|NINDS Javits Award Goes to Six Inventive Neuroscientists
The National Institute of Neurological Disorders and Stroke (NINDS),
a part of the National Institutes of Health, has named six scientists
to receive its prestigious Senator Jacob Javits Award in the Neurosciences.
The award is given to individual investigators who have demonstrated
exceptional scientific excellence and productivity in research
supported by the NINDS and who are expected to conduct innovative
research over the next 7 years.
Authorized by the Congress in 1983, the award honors the late
U.S. Senator Jacob K. Javits (R-NY), who was a strong advocate
for research on a variety of neurological disorders. Senator Javits
suffered from amyotrophic lateral sclerosis, the disabling neurodegenerative
disease also known as Lou Gehrig’s disease.
“The Javits award gives highly productive scientists, whose work
is on the cutting edge in their field, an even greater opportunity
to understand the interplay involved in the cause and, hopefully,
treatment or even prevention of neurological diseases,” said Story
Landis, Ph.D., NINDS Director.
The Award guarantees funding for 4 years, after which 3 additional
years may be awarded pending receipt and approval of additional
information. Investigators are nominated by either NINDS staff
or members of the National Advisory Neurological Disorders and
Stroke Council, from a pool of competing applicants during a grants
cycle. The Council must approve each recommendation, with final
selection being made by the NINDS Director.
Recipients of the Senator Jacob Javits Award in the Neurosciences
Paul Brehm, Ph.D., Leading Professor of Neurobiology and Behavior,
State University of New York at Stony Brook.
Dr. Brehm examines how proteins on a cell’s surface, that serve
as a gate, can be opened to trigger electrical activity involved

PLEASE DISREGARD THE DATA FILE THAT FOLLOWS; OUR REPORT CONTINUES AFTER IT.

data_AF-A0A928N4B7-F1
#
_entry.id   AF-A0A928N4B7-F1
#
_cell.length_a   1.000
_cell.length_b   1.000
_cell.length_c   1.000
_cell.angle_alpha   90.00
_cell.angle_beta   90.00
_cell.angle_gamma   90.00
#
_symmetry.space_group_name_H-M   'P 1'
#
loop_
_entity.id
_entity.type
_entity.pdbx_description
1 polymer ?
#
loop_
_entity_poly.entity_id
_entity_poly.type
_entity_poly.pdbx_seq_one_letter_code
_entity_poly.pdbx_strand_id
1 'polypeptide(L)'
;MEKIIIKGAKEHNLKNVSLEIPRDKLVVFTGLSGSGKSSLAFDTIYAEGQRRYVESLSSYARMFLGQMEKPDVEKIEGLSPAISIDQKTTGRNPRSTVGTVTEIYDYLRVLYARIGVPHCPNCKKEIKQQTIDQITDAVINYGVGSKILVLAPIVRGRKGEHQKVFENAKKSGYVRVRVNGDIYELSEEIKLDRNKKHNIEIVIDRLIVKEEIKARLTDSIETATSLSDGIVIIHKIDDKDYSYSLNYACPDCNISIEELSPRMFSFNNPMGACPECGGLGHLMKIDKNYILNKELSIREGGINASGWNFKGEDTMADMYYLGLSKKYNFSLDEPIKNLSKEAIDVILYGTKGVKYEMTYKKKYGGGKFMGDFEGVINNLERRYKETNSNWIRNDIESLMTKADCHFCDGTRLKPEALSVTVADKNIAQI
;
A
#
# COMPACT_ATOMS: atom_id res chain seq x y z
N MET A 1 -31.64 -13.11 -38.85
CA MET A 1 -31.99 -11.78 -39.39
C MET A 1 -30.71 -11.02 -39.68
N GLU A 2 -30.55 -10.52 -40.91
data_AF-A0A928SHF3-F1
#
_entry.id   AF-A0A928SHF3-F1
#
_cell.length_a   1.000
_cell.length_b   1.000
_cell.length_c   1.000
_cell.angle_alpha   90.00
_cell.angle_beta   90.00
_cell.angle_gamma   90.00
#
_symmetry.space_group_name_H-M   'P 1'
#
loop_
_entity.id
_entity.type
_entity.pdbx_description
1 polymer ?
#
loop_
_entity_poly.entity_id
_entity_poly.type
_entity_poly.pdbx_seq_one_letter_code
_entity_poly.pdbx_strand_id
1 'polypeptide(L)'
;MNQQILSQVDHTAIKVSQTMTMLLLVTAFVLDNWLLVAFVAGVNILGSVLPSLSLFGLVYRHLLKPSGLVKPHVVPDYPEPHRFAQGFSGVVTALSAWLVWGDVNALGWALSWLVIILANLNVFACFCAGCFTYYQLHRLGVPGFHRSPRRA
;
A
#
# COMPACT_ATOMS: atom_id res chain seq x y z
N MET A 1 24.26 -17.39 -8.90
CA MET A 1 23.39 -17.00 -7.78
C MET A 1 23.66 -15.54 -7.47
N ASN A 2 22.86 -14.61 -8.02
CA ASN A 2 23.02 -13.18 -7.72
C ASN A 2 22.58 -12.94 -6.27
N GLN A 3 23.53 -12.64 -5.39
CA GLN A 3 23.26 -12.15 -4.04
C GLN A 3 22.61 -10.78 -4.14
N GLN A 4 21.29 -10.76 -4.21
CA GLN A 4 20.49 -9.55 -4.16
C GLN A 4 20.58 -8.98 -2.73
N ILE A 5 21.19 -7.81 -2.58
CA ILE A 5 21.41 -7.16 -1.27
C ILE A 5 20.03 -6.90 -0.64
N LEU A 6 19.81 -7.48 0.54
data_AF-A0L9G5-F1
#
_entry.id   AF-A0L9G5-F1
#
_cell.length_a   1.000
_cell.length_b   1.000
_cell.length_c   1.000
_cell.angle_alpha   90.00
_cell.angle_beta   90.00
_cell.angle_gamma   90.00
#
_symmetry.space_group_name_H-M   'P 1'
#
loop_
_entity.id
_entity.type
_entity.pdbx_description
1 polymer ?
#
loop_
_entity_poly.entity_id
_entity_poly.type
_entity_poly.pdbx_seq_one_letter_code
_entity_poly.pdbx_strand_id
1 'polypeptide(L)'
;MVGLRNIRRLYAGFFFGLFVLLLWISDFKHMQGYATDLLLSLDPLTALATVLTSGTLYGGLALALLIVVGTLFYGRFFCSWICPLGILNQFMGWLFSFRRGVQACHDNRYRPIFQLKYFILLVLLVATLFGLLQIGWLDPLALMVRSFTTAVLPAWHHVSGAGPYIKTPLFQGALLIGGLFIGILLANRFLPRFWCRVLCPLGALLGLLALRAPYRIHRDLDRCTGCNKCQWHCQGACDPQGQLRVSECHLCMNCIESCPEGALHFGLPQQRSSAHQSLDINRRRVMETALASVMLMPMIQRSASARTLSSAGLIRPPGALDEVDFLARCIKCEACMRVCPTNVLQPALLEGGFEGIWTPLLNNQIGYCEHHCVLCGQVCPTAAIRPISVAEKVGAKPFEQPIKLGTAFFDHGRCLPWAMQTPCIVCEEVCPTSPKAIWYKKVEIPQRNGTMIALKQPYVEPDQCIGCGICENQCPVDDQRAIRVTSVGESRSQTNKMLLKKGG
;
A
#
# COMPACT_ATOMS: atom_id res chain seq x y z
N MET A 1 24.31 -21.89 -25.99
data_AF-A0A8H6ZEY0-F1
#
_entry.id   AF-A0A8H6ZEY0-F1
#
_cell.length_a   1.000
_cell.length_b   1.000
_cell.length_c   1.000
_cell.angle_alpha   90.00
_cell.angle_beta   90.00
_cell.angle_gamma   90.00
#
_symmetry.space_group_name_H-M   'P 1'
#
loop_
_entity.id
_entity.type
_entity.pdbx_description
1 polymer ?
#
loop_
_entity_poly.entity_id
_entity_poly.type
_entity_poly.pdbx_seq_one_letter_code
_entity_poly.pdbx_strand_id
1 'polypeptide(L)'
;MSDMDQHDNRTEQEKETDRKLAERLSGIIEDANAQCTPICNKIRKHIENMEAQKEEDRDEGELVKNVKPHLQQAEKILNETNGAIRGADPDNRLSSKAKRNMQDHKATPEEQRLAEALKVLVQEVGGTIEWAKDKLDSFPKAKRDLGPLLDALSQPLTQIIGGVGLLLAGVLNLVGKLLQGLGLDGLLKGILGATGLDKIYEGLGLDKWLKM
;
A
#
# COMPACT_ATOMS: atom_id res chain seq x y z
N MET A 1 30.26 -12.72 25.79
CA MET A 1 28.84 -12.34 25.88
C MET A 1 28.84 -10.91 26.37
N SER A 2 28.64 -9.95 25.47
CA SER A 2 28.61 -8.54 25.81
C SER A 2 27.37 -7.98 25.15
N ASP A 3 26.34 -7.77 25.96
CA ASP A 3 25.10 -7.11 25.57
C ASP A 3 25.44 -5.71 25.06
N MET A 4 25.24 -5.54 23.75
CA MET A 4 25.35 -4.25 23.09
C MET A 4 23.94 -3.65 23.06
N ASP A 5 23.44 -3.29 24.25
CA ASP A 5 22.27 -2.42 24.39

in nerve cell firing and intracellular signaling. His Javits award
will allow him to study how motor neurons regulate electrical coupling
among muscle fibers and how muscles, in turn, regulate neurotransmitter
release from motor neuron terminals. Findings from this study may
have significance for disorders such as myasthenia and slow channel
Michael D. Cahalan, Ph.D., Professor of Physiology and Biophysics,
University of California at Irvine.
An immunologist, Dr. Cahalan is deeply interested in how T lymphocytes
(white blood cells that help the body fight off infection) function
at the molecular and cellular levels. He is also interested in
diseases such as multiple sclerosis, which are thought to have
an immune component. T lymphocytes possess numerous ion channels,
which are intimately involved in the immune response and offer
promising targets for development of immune system therapeutic
agents. His Javits award will allow him to study the role calcium
release-activated calcium channels play in T cell responses, as
well as to identify the molecular basis for channel gating and
the corresponding cellular response in immune system activity.
Liqun Luo, Ph.D., Associate Professor, Department of Biological
Sciences, Stanford University.
Dr. Luo has made fundamental contributions to the field of developmental
neuroscience and is a pioneer in the study of developmental “axon